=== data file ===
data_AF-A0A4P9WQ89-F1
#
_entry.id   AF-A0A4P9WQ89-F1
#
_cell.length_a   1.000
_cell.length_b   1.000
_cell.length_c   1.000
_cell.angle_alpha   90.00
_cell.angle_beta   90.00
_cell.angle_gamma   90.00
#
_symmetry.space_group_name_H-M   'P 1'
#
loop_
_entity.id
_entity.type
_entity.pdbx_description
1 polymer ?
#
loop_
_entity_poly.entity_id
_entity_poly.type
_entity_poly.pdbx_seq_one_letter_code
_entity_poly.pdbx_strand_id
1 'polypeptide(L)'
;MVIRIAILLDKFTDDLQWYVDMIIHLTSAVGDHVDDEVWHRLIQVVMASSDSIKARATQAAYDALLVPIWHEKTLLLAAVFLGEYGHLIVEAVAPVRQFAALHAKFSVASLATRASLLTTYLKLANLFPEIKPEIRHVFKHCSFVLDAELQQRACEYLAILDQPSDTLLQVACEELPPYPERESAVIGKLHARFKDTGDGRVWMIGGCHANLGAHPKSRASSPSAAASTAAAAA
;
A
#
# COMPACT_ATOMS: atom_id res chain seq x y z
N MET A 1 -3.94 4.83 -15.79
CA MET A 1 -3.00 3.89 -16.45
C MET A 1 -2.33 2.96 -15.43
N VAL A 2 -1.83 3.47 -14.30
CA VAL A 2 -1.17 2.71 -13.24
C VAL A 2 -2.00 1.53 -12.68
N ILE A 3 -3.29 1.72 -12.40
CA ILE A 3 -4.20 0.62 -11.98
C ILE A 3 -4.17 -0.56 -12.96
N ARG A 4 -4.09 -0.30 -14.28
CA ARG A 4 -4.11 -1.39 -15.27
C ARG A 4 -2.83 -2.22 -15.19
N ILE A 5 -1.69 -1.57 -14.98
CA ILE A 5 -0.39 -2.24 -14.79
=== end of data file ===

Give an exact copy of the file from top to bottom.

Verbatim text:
data_AF-A0A4P9WQ89-F1
#
_entry.id   AF-A0A4P9WQ89-F1
#
_cell.length_a   1.000
_cell.length_b   1.000
_cell.length_c   1.000
_cell.angle_alpha   90.00
_cell.angle_beta   90.00
_cell.angle_gamma   90.00
#
_symmetry.space_group_name_H-M   'P 1'
#
loop_
_entity.id
_entity.type
_entity.pdbx_description
1 polymer ?
#
loop_
_entity_poly.entity_id
_entity_poly.type
_entity_poly.pdbx_seq_one_letter_code
_entity_poly.pdbx_strand_id
1 'polypeptide(L)'
;MVIRIAILLDKFTDDLQWYVDMIIHLTSAVGDHVDDEVWHRLIQVVMASSDSIKARATQAAYDALLVPIWHEKTLLLAAVFLGEYGHLIVEAVAPVRQFAALHAKFSVASLATRASLLTTYLKLANLFPEIKPEIRHVFKHCSFVLDAELQQRACEYLAILDQPSDTLLQVACEELPPYPERESAVIGKLHARFKDTGDGRVWMIGGCHANLGAHPKSRASSPSAAASTAAAAA
;
A
#
# COMPACT_ATOMS: atom_id res chain seq x y z
N MET A 1 -3.94 4.83 -15.79
CA MET A 1 -3.00 3.89 -16.45
C MET A 1 -2.33 2.96 -15.43
N VAL A 2 -1.83 3.47 -14.30
CA VAL A 2 -1.17 2.71 -13.24
C VAL A 2 -2.00 1.53 -12.68
N ILE A 3 -3.29 1.72 -12.40
CA ILE A 3 -4.20 0.62 -11.98
C ILE A 3 -4.17 -0.56 -12.96
N ARG A 4 -4.09 -0.30 -14.28
CA ARG A 4 -4.11 -1.39 -15.27
C ARG A 4 -2.83 -2.22 -15.19
N ILE A 5 -1.69 -1.57 -14.98
CA ILE A 5 -0.39 -2.24 -14.79